I’m sitting in a coffee shop while I wait for the dealer down the street to finish repairs—of the expensive variety, naturally—on my car. It’s a perfect storm: brakes that need replacing, scheduled service, and a baleful yellow “check engine” light that came on the other day.
And I ask myself, as I sit here: why the heck would Apple want to get into the car business?
Rumors of the company entering the automobile business have been rampant for years now, with many positioning an Apple Car against the media darling that is Elon Musk’s Tesla. I certainly wouldn’t bet against Apple being capable of building an electric car—the company has shown time and again not just ingenuity and wherewithal, but the ability to succeed in well-established markets. But designing and building a car, difficult as those processes are, is just the beginning.
OK, yes, there are a lot of things that can be improved in the automobile industry, and Apple has an almost fanatical drive in general to improve the things that we all get frustrated by.
Apple’s tried to make headway into the auto industry in the past, initially working with select partners like BMW to bring iPod integration to car stereos, and later going whole hog by developing CarPlay, essentially replacing the onboard electronics systems with a specialized version of iOS. That’s great, because much as I enjoy the experience of driving my car, its electronics system feels if not archaic then, well, certainly antiquated. I’m on record as saying that car companies really shouldn’t be allowed near entertainment user interfaces.
On the one hand, Apple’s vaunted focus on elegance simplicity could certainly do much for car design, especially where automobiles integrate with our ever more present and powerful devices. But having seen what passes as the interior of Tesla’s new Model 3—albeit one that Elon Musk claims is still in progress—I’m a little wary of a technology company trying too hard to upend the industry conventions for the sake of disruption. There’s a fine line between throwing out the old, staid way of thinking and remembering that if ain’t broke—and hasn’t been for a century—then perhaps it’s best not to fix it.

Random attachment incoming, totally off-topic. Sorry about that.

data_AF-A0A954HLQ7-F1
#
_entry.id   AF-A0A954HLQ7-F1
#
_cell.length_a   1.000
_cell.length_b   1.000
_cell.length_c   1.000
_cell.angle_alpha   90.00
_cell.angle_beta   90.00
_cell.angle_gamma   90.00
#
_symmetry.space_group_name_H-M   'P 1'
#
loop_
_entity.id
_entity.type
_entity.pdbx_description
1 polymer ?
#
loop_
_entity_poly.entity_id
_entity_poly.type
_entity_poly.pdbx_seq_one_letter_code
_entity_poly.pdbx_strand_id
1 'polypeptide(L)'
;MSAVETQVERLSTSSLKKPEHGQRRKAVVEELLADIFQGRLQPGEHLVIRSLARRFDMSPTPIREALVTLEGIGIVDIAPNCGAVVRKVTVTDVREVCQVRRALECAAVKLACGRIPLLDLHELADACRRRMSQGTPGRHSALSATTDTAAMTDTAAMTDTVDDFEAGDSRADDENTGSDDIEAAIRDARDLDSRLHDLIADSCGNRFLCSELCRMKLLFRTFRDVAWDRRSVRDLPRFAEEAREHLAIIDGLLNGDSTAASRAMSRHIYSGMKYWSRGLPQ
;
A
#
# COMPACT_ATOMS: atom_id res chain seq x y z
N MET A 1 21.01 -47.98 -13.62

As I said, though, designing and building the car is just the beginning. Even more than our Macs, we tend to keep our cars for a long time. And over that car’s lifetime, it tends to need a little bit of love and care.
Honestly, I’m trying to picture bringing my Apple Car in for a brake job. Would I pull up at some sort of Apple Garage, perhaps with a cafe attached where I could get my work done while Apple Geniuses swap in new parts? Mass-market electric cars are fairly new, and from what information we have, their maintenance costs seem to be lower than traditional gas or hybrid autos. As someone who’s looking at a hefty bill for things that are largely matters of wear-and-tear, there’s a definite appeal to a car that requires less in the way of tune-ups and oil changes.
But electric cars aren’t without their maintenance costs, obviously. In addition to the aforementioned brakes, for example, you need to deal with tire leaks and punctures, bent wheel rims, and so on. Eventually the battery will need to be replaced. And motors and wiring aren’t immune to the ravages of time and entropy. Apple needs to be prepared for dealing with those eventualities, which means not only carrying an inventory of said parts, but also training people to service and replace them when necessary.
That’s a lot of infrastructure—this isn’t simply something that can be bolted on to its existing service apparatus. There’s not much difference in taking an Apple Watch or an iPhone in to a store for service, but a car is something else entirely. While it’s not impossible, it’s certainly daunting.
This doesn’t even begin to answer a host of other challenges for Apple in the automobile market. What will the upgrade cycle be like on an Apple Car? Will the company put out a new model ever year? What kind of profit will Cupertino look to make? Heavens, what will the car actually look like?
We’ve got a while yet before we have the answer to any of these questions, all of which are predicated on the biggest of them all: will Apple even make a car in the first place? There are a ton of moving parts, if you will, and though Apple is unquestionably a savvy company that can bring a lot of resources to bear on developing an automobile, I go back to my earlier question: why would it want to?
The simplest answer, if you buy into Apple’s marketing message, is that it wants to make products that delight and surprise its customers and that make the world a better place. And for all of us who spend any amount of time in a car, we know that’s a laudable—if steep—goal.